While talk of international flights at Pearson International Airport has been widely discussed throughout the COVID-19 era, Lake Simcoe Regional Airport (LSRA) has also made some changes to its operations.
Located halfway between Barrie and Orillia in Oro-Medonte Township, the LSRA, which is owned and operated by the County of Simcoe, typically serves the area with around 20,000 aircraft 'movements' and between 12,000 and 15,000 passengers coming through the Line7 airport in any given year.
Airport manager Mike Drumm says the ongoing pandemic has clearly changed that.
“As a result of COVID-19, aircraft movements have decreased by approximately 35 per cent, however, this is mostly attributable to the temporary closure of the flight school and the loss of training flights, as well as a decline in the recreational segment,” Drumm said.
Simcoe County owns a 90 per cent stake in the local airport, with the City of Barrie holding onto 10 per cent, following a deal struck between the two levels of government in 2019.
The change in ownership stakes, which saw Barrie's portion drop from 60 per cent down to 10, took effect Jan. 1, 2020. The county also purchased Oro-Medonte Township's shares in the airport. The City of Barrie still contributes to the airport budget.
With the suspension and/or cancellation of airline routes, Drumm says domestic commercial activity increased as an alternate mode of transporting passengers.
Pre-screening safety precautions are the responsibility of the air carrier, he added.
“Various companies and essential service providers elected to move passengers by utilizing dedicated chartered aircraft, enabling them to better control who was on a particular aircraft,” Drumm said.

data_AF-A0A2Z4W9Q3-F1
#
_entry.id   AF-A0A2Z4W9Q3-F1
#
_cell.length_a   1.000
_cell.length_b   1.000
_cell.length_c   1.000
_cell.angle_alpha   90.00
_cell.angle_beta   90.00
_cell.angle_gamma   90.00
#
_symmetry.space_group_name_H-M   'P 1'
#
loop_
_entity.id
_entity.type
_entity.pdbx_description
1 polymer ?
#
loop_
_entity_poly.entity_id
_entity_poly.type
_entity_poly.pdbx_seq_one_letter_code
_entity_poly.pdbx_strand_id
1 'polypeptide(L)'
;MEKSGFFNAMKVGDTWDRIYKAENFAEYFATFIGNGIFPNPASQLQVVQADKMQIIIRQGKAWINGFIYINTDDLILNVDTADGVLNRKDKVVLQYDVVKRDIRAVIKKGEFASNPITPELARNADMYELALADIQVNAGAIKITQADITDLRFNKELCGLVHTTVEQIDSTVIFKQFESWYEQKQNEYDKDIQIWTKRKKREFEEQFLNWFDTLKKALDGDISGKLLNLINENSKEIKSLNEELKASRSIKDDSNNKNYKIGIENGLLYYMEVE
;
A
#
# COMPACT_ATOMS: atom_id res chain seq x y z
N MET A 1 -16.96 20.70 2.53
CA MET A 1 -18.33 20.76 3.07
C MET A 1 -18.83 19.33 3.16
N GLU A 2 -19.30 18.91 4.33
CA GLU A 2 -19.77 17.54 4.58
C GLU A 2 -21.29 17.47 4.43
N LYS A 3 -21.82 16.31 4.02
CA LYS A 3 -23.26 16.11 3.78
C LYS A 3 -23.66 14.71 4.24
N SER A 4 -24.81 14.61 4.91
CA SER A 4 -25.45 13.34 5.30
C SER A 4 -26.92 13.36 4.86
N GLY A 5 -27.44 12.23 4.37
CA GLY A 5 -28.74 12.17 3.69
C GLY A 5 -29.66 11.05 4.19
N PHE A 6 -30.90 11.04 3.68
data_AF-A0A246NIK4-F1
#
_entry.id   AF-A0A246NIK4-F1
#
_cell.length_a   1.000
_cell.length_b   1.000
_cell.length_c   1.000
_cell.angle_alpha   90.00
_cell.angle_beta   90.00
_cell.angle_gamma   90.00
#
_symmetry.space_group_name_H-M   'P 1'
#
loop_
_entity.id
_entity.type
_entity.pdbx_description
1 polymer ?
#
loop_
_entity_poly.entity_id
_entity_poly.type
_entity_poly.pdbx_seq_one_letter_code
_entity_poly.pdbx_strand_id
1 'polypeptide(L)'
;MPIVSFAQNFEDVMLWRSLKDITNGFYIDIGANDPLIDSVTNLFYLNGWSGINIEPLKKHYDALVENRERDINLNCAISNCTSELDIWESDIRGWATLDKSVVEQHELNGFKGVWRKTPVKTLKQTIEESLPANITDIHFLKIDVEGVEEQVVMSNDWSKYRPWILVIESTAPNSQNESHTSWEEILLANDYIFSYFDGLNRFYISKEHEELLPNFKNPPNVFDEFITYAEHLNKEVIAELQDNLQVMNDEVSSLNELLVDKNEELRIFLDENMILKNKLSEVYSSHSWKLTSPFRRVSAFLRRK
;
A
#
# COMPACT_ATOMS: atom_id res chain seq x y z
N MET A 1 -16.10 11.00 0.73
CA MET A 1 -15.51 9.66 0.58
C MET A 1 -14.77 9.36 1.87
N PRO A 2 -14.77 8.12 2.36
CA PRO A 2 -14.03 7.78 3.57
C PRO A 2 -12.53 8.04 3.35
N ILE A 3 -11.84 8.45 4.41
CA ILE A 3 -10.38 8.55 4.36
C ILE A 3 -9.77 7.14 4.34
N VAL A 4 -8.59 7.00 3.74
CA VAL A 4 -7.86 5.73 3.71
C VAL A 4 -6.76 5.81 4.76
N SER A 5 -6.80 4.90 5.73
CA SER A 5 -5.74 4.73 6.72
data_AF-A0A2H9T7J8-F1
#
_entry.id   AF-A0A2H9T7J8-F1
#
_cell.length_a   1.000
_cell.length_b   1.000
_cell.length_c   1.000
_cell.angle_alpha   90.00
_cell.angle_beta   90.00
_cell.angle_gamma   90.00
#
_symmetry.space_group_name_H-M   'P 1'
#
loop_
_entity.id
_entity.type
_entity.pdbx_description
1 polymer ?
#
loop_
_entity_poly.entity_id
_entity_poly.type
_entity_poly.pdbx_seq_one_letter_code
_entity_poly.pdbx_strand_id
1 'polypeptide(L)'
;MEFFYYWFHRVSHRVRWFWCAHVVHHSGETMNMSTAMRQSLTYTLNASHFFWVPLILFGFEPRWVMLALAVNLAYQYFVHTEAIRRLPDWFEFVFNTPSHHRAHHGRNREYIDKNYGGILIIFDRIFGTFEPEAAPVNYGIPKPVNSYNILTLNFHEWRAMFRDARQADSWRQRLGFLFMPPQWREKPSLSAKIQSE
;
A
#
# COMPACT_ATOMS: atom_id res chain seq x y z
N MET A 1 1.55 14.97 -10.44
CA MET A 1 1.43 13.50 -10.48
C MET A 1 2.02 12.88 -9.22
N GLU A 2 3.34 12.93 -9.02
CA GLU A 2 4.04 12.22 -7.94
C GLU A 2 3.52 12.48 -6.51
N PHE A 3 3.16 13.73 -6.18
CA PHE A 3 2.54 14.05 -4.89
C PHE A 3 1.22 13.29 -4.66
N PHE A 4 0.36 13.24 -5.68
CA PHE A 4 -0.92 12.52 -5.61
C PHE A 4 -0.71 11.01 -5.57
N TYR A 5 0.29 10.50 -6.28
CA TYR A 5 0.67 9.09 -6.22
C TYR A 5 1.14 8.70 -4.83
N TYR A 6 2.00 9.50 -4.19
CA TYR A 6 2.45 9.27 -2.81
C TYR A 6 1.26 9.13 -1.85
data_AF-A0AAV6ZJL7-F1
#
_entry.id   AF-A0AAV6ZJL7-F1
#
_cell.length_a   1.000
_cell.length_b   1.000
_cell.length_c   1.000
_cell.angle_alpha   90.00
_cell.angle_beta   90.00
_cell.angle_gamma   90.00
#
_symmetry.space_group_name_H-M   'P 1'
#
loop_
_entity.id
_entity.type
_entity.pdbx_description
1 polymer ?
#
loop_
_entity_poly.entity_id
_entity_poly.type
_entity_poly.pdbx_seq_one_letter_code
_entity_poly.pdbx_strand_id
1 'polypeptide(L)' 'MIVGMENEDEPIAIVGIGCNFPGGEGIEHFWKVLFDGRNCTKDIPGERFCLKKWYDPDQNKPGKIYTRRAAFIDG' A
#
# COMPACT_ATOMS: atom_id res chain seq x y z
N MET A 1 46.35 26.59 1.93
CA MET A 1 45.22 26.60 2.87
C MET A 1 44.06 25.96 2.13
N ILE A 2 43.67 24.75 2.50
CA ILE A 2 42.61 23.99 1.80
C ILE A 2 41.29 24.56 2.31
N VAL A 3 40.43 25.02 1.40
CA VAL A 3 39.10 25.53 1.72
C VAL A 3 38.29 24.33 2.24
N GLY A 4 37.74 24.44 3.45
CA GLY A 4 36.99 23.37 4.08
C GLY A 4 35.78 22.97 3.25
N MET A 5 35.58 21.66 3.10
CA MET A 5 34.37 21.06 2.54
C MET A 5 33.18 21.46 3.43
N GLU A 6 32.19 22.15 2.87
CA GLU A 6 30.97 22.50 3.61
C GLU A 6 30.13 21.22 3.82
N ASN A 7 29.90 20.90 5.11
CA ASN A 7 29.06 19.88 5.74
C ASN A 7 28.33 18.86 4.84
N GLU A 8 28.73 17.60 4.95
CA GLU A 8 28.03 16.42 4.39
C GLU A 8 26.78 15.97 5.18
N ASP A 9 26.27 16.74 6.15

The LSRA and the County of Simcoe are still taking the safety of anyone who comes through the terminal doors seriously.
The county says it has prioritized the health and wellbeing of staff and residents throughout the pandemic, and LSRA is following all federal COVID-19 standards, including the mandatory requirement for masks/approved face-coverings.
“Anyone entering the airport terminal building must be symptom-free, as sign-posted at all entrances,” said Drumm. “Contact cleaning after each flight and high-use periods is in effect."
Half of the airport terminal building is restricted to the general public and available only to airport and county staff, minimizing interaction, he added. As well, all staff have been supplied with the appropriate personal protective equipment (PPE) and the on-site restaurant is restricted to takeout only.
The majority of flights arriving and departing LSRA are internal flights within Ontario, but Canada-wide flights are also permitted.
The Canada Border Service Agency temporarily suspended international passenger services at LSRA, as well as at a majority of airports in Canada.
Drumm said any international flights are first required to clear in-bound arrivals at one of a select few authorized airports, such as Pearson International, and undergo screening requirements prior to proceeding to their destination airport.
It was announced in November 2019 that, starting in September 2020, charter service to New York City would begin.
Clearly, those plans changed due to the virus.
“The New York charter flights were cancelled due to the pandemic, with plans to revisit this exciting opportunity in the future,” Drumm said.
Despite what is happening around the pandemic, the LSRA is doing as well as can be expected in the current situation, he added.
“Approximately 93 per cent of LSRA’s annual net revenues are currently generated directly through commercial aviation, commercial property taxes and essential service related activities, land rental, landing fees, ramp fees, fuel, etc.,” Drumm said.
“The airport’s revenue streams in 2020 were only negligibly impacted by COVID-19 over 2019 figures," he added.
Also benefiting the airport is that the LSRA is identified as an essential service provider, providing regular support to tenants such as the Ontario Provincial Police, Hydro One and air ambulance, as well as transient support to the Department of National Defence, Canadian Rangers, search and rescue, Canadian National Railway, and Ornge air ambulance.
The airport also still has the ability to track private planes.